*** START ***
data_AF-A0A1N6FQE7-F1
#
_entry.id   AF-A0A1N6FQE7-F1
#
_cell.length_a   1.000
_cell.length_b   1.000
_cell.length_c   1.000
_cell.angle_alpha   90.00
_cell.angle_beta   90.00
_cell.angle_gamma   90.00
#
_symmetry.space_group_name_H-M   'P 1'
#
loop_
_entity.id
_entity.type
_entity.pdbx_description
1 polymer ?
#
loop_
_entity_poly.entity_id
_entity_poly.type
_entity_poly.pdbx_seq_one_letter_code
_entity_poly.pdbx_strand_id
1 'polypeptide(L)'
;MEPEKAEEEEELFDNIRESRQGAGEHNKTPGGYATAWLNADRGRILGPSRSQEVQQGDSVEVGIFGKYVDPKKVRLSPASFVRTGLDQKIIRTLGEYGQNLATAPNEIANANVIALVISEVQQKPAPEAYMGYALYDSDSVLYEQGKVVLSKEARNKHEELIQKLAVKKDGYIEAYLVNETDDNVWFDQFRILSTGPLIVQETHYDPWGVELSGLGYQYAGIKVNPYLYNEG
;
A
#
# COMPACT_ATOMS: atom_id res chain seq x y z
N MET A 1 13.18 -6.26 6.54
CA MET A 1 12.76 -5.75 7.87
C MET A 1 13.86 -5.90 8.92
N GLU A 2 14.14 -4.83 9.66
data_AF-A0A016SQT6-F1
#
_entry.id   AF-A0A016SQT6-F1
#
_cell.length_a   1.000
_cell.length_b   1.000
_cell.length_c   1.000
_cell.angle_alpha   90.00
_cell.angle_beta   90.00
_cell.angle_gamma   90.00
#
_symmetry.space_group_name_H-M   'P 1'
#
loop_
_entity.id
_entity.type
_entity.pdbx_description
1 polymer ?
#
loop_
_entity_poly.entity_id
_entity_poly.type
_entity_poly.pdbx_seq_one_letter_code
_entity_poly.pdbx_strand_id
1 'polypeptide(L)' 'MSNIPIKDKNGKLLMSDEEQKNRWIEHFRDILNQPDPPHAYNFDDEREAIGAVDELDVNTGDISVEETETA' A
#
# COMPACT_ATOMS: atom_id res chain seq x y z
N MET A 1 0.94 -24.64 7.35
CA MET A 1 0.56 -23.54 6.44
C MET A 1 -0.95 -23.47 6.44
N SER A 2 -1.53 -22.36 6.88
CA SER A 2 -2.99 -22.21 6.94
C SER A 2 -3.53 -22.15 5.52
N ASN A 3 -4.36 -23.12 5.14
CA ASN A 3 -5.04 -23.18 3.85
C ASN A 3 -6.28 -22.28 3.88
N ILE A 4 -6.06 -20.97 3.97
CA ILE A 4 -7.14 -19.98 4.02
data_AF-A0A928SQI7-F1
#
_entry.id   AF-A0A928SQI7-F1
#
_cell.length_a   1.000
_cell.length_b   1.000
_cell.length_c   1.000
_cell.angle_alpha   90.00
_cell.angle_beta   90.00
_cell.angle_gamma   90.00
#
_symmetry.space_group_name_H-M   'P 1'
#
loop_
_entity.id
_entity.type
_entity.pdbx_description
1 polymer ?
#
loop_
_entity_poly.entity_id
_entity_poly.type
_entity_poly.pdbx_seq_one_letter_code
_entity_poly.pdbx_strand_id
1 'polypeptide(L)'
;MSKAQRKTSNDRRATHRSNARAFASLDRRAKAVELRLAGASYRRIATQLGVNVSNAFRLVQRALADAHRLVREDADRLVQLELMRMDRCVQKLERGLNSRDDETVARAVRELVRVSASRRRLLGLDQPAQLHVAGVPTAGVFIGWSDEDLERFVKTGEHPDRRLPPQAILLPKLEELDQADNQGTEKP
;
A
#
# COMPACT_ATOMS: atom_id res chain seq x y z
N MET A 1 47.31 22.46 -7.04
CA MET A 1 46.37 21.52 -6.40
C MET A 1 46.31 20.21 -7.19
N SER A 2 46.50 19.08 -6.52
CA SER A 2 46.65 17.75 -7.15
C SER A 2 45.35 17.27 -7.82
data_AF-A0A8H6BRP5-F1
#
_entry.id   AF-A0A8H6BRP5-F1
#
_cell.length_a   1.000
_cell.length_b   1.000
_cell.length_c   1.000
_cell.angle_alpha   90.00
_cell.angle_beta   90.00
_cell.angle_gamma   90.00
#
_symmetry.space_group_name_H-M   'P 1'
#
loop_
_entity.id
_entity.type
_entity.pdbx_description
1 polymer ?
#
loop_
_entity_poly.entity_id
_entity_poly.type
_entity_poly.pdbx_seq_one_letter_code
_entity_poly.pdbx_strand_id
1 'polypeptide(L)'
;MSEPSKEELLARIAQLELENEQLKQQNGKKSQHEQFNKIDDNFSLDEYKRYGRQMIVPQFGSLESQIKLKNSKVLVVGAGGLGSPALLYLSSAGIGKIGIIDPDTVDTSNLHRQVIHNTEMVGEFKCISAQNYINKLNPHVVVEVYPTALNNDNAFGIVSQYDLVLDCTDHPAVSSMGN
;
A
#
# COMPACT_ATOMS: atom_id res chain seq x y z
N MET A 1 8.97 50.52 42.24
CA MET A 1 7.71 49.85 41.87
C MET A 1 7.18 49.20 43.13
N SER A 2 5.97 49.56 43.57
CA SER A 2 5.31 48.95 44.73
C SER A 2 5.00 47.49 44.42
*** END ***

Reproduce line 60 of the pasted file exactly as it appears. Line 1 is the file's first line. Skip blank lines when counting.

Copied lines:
#